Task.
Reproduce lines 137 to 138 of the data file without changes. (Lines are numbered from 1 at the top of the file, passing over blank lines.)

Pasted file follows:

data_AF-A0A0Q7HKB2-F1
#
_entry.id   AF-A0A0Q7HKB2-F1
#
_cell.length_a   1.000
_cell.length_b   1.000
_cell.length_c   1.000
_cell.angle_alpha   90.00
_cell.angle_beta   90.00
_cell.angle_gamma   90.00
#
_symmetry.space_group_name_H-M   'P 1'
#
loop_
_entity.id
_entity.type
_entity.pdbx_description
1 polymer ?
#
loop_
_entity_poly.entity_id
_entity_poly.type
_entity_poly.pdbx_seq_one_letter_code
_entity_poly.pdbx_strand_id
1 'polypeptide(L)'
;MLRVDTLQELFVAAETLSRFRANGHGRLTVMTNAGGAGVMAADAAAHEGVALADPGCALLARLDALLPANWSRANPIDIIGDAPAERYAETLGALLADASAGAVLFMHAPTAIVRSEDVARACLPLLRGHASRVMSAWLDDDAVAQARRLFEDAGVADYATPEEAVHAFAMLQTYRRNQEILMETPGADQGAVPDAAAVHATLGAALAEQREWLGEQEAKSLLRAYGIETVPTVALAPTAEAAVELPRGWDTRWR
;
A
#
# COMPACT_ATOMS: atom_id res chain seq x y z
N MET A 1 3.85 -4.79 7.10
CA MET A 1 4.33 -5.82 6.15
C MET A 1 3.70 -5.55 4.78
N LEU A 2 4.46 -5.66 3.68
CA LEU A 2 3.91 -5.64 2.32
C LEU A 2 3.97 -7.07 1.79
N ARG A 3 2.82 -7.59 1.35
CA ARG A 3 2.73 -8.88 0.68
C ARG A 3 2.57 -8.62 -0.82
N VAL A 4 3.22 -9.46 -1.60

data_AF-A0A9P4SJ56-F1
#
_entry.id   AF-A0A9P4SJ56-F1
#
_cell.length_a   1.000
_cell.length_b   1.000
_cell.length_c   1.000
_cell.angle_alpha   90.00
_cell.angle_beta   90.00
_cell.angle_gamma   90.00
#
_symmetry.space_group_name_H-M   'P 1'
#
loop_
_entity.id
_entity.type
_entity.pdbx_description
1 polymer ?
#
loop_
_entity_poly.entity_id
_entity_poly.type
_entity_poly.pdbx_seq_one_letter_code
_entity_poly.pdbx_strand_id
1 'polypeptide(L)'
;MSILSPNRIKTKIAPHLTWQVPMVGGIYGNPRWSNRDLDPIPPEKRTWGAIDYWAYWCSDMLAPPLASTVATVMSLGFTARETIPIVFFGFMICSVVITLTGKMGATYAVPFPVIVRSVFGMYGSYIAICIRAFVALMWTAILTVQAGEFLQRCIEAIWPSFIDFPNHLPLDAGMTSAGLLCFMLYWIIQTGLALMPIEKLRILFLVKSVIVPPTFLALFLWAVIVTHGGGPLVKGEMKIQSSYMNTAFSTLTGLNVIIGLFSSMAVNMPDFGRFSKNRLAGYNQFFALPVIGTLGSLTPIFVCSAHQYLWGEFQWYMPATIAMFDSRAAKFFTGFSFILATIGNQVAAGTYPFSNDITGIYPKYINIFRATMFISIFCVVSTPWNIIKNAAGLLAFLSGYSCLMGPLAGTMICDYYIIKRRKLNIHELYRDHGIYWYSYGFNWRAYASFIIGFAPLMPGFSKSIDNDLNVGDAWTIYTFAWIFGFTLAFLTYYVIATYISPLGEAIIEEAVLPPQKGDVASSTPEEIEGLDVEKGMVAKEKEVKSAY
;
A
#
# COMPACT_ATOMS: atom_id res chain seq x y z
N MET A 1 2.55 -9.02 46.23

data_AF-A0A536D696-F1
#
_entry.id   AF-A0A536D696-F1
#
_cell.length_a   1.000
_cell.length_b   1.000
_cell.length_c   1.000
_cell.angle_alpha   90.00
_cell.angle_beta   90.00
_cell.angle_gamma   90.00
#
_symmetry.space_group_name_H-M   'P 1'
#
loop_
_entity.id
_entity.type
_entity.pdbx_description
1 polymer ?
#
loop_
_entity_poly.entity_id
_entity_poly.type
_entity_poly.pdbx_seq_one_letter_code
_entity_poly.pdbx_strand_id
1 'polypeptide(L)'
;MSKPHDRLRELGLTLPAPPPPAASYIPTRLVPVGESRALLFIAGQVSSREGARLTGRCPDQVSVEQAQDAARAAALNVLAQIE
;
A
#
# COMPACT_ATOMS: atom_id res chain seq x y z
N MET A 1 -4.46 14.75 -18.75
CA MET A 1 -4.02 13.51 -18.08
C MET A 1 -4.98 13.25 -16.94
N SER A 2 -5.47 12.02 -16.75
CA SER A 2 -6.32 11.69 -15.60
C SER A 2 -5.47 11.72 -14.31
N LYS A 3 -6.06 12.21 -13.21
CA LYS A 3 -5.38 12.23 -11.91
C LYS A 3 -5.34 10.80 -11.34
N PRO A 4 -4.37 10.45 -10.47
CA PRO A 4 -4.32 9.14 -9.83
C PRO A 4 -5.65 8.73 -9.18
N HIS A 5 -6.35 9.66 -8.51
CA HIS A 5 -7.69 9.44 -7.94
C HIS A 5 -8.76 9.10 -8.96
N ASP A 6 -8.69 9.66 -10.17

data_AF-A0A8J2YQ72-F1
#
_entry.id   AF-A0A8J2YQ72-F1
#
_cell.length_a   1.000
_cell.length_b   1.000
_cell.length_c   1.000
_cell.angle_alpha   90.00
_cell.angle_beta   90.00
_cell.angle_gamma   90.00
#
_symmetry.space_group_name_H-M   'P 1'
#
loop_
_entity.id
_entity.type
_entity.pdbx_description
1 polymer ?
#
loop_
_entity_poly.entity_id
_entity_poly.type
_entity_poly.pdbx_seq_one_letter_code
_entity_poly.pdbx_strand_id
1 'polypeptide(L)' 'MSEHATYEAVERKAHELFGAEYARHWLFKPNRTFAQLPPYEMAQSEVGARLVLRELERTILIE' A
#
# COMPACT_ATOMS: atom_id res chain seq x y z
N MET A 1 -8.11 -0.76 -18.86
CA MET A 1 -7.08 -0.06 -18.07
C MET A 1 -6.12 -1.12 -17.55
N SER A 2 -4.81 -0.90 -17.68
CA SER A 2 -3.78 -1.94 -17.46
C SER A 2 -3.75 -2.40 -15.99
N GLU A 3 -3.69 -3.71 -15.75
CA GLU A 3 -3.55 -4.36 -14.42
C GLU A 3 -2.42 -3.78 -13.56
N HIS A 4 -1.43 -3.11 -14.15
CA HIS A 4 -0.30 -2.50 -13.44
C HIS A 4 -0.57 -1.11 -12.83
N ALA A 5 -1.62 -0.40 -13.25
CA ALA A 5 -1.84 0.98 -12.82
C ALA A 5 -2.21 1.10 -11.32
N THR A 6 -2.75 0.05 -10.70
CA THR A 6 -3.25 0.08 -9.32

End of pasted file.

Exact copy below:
loop_
_entity_poly.entity_id